Bruce Riley Ashford,
On Easter, Christians celebrate the resurrection of Jesus Christ. That much is clear. What is not clear to many people, however, is what the resurrection means to Christians and why we would make such a big deal of it.
The resurrection only makes sense if we first understand what the Christian “gospel” is. In the ancient world, the word “gospel” was a media term referring to the announcement of an important or happy event. Christians adapted the word to refer to a world event they consider the most important and joyful.
What is the Christian gospel? It is the good news that, at a certain point in this world’s history, God became present to us in the man named Jesus, who we can know, love, and serve.
Through Jesus’ incarnation (“God taking on flesh”), life and ministry, death and resurrection, he defeated the worldly powers that oppress us, and made a way for we who are sinners to live in unbroken fellowship with God who is holy.
The Christian gospel is a factual statement. You can believe it or not believe it. But as Christians, we believe that it is not merely true; it is the most important truth in the world.
It is one that we cannot relegate to the private dimensions of life; it radiates outward into our public speech and actions.
It cannot be hidden within the four walls of our churches; we must make it known to the world.
In fact, immediately after he rose from the grave, Jesus appeared to his followers and gave them a command that Christians call the “Great Commission.” In this commission, he reveals three powerful truths about the resurrection:
1. The resurrection reveals Jesus as the final authority in this world.
When Jesus appeared to his followers immediately after his resurrection, the first words out of his mouth were “All authority has been given to me in heaven and on earth” (Matthew 28:18). The resurrection was decisive proof of his divinity, of the fact that he was in fact present when heaven and earth were created, and that he retains sovereign authority over them.
This reality is important because all of us need to know who is finally in charge of this world.
A great many people think the final authority is the free market.
Others think the final authority is the United States, NATO, or the United Nations.
Still others think the authority is some sort of “deep state.”
But none of these entities are final authorities. Jesus is the sovereign authority and greatest power in public life; he is the authority against which even the largest governments and coalitions are ultimately powerless.
2. The resurrection compels us to tell the world about Jesus.
The second thing Jesus told his disciples is that they should tell the whole world about his crucifixion and resurrection, and invite them to follow him, too (Matthew 28:19-20a).
If it is true that Jesus is the world’s final authority, and that through the cross and resurrection he has overcome the evil powers that seek to control us, then for us to refrain from telling the world about Him would not only be a crime toward humanity but a collusion with the evil powers.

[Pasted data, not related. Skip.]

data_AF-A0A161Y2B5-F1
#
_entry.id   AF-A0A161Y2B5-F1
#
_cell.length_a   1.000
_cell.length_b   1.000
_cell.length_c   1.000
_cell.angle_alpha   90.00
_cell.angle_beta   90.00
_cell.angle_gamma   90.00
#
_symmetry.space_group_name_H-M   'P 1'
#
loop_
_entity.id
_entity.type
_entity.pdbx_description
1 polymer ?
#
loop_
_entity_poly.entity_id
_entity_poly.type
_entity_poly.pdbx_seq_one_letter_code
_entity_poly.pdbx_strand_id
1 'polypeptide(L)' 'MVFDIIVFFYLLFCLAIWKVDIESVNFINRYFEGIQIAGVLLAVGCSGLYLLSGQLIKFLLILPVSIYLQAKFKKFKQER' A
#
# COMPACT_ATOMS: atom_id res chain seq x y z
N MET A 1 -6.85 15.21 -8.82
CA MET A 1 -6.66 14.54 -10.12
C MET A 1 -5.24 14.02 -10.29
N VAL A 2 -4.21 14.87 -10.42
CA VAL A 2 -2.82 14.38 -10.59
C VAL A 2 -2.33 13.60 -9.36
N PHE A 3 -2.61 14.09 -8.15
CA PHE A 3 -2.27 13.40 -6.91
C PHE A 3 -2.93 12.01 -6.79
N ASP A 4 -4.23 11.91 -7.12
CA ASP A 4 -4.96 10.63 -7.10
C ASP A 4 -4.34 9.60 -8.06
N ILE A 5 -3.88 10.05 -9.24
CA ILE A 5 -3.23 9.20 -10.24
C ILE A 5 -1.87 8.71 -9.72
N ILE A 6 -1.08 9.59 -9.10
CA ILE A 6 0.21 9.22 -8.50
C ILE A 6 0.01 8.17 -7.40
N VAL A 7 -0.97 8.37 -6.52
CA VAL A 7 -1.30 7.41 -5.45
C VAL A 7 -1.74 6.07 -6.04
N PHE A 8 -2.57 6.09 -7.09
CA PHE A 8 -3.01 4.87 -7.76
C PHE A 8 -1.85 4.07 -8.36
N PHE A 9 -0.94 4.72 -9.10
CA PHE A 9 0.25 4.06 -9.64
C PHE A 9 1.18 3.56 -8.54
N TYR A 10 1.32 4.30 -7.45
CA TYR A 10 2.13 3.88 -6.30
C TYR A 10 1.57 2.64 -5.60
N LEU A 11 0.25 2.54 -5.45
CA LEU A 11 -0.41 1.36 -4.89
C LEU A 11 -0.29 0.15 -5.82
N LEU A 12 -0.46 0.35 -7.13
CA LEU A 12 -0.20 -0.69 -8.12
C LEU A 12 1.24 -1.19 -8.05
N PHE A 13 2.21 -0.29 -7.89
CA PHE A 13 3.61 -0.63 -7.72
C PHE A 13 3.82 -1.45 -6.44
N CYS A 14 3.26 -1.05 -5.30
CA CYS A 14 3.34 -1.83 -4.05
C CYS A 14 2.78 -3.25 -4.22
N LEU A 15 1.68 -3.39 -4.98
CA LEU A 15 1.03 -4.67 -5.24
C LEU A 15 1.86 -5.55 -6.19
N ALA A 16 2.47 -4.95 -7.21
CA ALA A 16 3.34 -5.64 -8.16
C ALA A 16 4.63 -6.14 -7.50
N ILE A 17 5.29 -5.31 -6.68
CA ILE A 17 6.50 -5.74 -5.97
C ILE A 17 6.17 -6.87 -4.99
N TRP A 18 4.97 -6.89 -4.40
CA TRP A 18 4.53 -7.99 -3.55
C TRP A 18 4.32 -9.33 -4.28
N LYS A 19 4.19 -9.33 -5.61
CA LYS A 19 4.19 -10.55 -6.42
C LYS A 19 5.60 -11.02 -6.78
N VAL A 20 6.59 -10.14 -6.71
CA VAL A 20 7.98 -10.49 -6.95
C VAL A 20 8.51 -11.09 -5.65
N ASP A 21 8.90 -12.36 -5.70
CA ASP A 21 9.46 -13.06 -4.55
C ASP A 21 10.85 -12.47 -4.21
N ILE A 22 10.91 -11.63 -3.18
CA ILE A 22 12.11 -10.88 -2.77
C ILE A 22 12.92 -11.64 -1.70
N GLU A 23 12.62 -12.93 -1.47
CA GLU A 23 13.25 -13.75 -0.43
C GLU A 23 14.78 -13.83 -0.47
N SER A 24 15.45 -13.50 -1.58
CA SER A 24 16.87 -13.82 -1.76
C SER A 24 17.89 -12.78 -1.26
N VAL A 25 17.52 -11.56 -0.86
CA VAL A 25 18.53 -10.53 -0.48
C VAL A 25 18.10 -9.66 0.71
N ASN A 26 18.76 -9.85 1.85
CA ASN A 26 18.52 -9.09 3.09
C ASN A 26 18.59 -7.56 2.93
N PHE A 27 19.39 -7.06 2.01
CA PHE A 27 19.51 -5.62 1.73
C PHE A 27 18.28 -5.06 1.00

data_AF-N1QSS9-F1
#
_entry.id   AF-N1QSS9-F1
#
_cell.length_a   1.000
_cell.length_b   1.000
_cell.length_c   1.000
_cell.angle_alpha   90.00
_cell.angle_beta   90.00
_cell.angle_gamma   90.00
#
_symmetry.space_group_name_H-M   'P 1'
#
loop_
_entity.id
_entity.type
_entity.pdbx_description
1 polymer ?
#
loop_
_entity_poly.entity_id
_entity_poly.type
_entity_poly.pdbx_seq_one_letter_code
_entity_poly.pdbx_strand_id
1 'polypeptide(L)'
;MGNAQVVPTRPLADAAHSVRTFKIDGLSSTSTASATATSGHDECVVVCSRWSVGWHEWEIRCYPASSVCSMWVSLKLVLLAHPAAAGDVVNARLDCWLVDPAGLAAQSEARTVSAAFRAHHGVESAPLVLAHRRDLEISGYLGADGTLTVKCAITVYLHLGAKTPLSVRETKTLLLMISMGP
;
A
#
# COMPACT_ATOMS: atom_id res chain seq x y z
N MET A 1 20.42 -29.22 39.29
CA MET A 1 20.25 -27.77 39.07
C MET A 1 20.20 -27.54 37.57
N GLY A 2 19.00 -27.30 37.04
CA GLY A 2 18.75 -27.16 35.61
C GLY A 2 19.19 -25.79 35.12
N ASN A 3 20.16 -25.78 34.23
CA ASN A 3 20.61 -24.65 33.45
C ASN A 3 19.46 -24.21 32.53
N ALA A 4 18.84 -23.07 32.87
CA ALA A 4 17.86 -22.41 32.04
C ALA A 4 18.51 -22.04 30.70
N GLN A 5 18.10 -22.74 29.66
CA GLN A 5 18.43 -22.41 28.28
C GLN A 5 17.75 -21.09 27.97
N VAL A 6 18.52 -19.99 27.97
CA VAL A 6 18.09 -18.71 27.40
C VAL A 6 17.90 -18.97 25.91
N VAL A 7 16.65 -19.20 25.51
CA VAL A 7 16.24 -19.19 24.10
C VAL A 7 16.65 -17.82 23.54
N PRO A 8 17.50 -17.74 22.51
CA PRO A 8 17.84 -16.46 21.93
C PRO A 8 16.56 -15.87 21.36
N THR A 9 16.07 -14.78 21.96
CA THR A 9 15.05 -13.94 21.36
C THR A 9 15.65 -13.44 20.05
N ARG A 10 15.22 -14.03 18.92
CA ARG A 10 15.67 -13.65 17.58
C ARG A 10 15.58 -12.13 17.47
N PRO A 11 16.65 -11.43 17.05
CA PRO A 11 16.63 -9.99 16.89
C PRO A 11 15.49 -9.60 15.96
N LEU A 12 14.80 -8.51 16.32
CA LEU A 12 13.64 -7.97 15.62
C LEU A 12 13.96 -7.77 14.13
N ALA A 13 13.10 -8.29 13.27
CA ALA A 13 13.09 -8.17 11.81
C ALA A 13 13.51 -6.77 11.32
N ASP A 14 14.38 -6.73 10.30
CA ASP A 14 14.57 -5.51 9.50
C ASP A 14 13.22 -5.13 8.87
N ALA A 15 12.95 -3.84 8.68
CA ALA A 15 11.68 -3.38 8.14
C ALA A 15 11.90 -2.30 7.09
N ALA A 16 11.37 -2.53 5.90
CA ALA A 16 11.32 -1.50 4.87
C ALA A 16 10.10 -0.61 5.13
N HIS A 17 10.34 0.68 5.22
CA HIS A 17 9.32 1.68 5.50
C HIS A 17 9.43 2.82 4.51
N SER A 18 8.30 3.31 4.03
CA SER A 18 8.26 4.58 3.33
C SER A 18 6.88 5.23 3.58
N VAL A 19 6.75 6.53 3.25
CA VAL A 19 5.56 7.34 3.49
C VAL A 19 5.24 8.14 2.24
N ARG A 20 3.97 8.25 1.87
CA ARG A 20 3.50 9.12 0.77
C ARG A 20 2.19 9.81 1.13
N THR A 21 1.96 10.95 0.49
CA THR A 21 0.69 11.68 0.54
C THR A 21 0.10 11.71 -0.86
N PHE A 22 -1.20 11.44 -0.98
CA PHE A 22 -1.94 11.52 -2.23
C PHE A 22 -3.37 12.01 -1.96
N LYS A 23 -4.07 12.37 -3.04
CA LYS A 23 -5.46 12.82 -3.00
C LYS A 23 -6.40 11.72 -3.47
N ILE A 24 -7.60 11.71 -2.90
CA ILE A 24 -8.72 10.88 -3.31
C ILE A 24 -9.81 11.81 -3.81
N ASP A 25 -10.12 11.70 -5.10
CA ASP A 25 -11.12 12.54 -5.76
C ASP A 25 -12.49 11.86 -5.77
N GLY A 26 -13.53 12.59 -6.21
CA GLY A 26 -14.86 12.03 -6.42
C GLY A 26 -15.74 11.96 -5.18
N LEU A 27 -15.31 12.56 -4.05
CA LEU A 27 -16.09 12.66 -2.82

We must not collude. We must be witnesses of his resurrection. Our witness must be prophetic: a declaring to the world that Jesus is Lord and the world’s reigning powers are not.
Our witness often will need to be sacrificial: just as Jesus ministered as a homeless itinerant teacher, we must be willing to witness from a position of cultural weakness rather than power, and in the face of disapproval instead of applause.
Our witness should be humbly confident: we should be confident because we work in the service of the world’s final authority, and we should be humble because we are only servants.
3. The resurrection reminds us that world history will end on a joyful note. (Matthew 28:20b)
The third and final thing Jesus told his followers is “I am with you always, even to the end of the age.” (Matthew 28:20b).
In effect he was saying, “I will walk alongside of you as you bear witness, and, always remember that at the end of the age, I will return to set the world aright. I will establish a world-wide kingdom in which justice will roll down like the waters, in which my authority will be recognized, and in which people from all nations, ethnic groups, and social classes will live together in peace, love, and unity.”
J. R. R. Tolkien, author of “Lord of the Rings,” was captivated by the Bible’s teaching about the resurrection, and wished to reflect it in his writing.
He knew that Westerners tend to be disillusioned with “fairy tale endings” and prefer endings that are more “realistic,” but he wanted them to understand that, because of the resurrection, a deeply joyful ending is the most realistic. To borrow a phrase from “Lord of the Rings,” Tolkien wrote, “Everything sad becomes untrue.”
And immediately following this phrase, a pressing question arises from Sam Gamgee as he speaks to Gandalf: “What’s happened to the world?” To which Gandalf responds, “A great Shadow has departed.”
Christians celebrate the bodily resurrection of Jesus, because we are happy that, in the future, the “great Shadow” of death and sin will finally depart (Romans 8:18-25).
Something momentous and good has “happened to the world,” which is why we invite the world to celebrate with us by embracing Jesus as the resurrected Savior.
Bruce Ashford is the Provost and Dean of Faculty at Southeastern Baptist Theological Seminary, where he also serves as Professor of Theology and Culture. Follow him on Twitter @BruceAshford.